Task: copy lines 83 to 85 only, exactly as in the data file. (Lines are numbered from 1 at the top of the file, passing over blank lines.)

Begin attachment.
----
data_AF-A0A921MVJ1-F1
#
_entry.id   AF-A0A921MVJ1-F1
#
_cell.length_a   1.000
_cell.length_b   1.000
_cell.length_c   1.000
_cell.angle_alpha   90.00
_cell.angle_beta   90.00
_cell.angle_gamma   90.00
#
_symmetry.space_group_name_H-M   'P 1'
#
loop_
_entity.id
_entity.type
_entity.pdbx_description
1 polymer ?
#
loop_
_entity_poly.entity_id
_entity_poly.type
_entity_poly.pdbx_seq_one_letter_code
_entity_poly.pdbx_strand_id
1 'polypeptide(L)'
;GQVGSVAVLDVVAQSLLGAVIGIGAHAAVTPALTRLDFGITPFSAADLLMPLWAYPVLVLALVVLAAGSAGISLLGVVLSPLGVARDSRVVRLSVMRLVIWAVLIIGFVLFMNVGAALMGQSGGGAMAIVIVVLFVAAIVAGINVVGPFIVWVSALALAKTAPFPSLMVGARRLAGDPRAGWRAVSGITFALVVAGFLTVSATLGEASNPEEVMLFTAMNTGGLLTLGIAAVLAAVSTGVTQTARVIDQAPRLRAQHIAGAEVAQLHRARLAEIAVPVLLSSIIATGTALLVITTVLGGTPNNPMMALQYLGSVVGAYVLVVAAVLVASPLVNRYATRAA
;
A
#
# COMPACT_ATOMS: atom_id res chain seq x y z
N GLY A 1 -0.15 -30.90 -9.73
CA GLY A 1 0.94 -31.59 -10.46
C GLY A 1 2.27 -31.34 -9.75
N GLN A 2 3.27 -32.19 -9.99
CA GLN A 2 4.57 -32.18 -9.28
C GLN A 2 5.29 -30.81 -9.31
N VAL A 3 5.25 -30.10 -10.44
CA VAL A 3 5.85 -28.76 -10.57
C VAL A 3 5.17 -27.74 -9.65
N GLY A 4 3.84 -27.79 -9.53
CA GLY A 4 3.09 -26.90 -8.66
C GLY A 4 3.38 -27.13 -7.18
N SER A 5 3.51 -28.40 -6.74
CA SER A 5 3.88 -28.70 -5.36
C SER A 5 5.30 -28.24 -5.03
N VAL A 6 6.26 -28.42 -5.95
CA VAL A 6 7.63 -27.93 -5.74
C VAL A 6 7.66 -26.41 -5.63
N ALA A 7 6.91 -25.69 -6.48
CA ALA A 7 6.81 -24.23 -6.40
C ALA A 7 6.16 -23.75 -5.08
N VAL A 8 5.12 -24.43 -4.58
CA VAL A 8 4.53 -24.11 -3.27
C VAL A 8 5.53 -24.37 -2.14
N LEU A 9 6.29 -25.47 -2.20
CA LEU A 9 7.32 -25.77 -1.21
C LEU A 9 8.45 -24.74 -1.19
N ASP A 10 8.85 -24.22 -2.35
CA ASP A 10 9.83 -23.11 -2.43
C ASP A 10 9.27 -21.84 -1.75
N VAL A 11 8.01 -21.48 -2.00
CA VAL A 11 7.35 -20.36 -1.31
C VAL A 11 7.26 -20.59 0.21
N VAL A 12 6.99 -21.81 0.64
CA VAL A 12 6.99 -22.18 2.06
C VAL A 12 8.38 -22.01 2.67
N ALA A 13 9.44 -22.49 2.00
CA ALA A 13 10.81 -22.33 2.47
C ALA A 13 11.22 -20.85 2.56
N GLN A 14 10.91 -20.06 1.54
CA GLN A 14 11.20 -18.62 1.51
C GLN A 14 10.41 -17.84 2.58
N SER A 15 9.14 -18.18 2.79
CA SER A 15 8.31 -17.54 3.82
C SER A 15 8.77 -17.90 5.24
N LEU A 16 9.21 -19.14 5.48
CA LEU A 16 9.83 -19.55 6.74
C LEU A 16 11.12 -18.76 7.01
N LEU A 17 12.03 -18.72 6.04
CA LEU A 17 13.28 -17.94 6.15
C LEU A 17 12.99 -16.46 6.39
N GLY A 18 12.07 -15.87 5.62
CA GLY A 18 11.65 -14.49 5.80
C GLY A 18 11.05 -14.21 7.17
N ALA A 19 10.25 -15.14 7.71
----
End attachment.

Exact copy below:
CA GLY A 18 11.65 -14.49 5.80
C GLY A 18 11.05 -14.21 7.17
N ALA A 19 10.25 -15.14 7.71